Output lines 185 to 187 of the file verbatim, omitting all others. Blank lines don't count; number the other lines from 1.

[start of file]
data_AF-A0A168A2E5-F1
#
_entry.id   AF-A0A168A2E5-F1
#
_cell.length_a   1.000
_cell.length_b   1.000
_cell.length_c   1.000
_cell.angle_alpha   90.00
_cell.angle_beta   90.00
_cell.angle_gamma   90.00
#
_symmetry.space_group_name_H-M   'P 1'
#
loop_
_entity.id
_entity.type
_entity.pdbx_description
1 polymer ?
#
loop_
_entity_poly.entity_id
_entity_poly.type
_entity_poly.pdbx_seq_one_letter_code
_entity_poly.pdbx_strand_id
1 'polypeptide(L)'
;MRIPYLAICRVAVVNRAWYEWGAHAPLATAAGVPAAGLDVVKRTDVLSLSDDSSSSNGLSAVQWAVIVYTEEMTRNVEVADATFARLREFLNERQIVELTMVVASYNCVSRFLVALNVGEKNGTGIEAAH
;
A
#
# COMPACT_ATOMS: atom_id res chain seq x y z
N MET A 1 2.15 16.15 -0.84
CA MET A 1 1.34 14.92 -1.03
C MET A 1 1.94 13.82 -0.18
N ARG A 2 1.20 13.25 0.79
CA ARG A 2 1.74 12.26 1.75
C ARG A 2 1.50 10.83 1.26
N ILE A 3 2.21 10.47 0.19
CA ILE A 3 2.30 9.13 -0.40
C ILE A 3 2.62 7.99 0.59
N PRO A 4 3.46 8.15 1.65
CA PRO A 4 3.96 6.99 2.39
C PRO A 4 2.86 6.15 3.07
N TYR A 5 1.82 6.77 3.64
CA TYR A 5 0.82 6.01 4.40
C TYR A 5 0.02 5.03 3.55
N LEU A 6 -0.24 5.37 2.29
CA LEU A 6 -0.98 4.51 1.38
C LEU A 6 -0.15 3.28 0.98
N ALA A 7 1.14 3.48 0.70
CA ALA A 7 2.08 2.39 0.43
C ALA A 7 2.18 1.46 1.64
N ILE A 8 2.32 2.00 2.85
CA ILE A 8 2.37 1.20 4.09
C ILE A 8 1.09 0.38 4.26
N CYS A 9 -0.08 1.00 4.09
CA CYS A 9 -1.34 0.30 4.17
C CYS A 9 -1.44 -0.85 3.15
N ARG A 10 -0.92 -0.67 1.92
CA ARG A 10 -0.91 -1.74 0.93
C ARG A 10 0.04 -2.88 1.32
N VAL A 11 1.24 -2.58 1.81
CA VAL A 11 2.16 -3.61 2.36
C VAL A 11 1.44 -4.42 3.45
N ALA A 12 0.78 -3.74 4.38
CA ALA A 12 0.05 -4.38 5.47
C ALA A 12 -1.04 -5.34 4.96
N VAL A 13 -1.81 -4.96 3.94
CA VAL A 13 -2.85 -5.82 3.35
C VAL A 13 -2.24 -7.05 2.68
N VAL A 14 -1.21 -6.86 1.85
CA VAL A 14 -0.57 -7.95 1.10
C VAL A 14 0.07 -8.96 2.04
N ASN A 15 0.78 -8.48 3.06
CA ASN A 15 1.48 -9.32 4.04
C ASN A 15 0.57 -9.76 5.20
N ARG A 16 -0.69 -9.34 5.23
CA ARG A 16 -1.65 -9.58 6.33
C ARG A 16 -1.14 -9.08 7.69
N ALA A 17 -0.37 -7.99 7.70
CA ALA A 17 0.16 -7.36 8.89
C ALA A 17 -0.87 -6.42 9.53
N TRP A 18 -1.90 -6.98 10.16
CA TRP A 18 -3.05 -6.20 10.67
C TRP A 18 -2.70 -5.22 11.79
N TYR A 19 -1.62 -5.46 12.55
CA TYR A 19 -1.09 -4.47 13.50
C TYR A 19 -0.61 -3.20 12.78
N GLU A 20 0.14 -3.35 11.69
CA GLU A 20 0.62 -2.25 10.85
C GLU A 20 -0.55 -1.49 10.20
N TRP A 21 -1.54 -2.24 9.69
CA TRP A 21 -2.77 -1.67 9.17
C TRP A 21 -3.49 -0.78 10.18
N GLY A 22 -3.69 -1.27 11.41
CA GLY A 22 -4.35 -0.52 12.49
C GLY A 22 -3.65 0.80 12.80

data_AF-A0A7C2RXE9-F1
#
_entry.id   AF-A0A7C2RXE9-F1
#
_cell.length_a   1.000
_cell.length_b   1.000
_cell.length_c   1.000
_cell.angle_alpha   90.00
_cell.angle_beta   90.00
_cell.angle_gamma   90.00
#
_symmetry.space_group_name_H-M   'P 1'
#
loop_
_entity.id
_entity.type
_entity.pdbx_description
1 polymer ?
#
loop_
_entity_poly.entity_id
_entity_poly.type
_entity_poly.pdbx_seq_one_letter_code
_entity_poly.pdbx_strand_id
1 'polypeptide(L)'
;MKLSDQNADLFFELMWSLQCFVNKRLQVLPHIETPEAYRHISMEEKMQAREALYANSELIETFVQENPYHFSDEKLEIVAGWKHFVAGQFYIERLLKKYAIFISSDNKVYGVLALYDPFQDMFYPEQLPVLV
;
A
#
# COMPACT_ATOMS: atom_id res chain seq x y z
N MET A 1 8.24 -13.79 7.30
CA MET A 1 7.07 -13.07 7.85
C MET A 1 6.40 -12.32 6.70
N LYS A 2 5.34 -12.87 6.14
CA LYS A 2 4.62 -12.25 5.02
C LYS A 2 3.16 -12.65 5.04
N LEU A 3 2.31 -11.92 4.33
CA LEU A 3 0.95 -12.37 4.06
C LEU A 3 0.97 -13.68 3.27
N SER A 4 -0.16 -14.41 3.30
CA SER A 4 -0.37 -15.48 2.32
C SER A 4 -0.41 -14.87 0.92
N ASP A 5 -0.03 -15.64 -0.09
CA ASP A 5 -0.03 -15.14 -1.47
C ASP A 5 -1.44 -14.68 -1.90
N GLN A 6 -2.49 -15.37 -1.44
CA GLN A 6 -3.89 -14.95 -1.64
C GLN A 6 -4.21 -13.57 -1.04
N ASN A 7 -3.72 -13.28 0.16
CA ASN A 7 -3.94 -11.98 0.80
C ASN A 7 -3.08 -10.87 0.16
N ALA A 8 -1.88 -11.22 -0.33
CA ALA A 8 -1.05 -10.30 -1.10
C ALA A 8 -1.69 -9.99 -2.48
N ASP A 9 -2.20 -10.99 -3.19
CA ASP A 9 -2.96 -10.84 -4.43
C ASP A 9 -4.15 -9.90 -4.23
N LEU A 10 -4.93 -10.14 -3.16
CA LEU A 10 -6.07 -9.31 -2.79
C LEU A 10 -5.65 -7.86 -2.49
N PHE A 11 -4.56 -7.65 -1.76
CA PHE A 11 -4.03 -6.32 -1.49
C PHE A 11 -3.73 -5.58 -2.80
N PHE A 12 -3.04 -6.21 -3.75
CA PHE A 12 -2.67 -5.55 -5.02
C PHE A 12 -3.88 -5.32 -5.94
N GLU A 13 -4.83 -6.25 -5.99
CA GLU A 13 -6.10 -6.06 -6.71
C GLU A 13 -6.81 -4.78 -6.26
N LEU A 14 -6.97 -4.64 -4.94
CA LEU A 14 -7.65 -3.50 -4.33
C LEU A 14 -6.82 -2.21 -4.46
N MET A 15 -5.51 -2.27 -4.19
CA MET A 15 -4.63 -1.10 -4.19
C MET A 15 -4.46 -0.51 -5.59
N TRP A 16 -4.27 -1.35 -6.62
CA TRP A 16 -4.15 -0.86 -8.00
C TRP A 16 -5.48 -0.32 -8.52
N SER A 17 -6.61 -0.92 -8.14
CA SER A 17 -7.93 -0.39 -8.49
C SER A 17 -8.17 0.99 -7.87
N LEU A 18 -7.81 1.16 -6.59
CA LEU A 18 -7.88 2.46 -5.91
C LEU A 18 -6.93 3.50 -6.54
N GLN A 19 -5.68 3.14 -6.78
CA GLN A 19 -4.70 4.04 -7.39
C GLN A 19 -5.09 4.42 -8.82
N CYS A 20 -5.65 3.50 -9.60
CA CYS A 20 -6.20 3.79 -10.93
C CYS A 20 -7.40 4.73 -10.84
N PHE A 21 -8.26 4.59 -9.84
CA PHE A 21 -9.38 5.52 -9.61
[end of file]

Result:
CA CYS A 20 -6.20 3.79 -10.93
C CYS A 20 -7.40 4.73 -10.84
N PHE A 21 -8.26 4.59 -9.84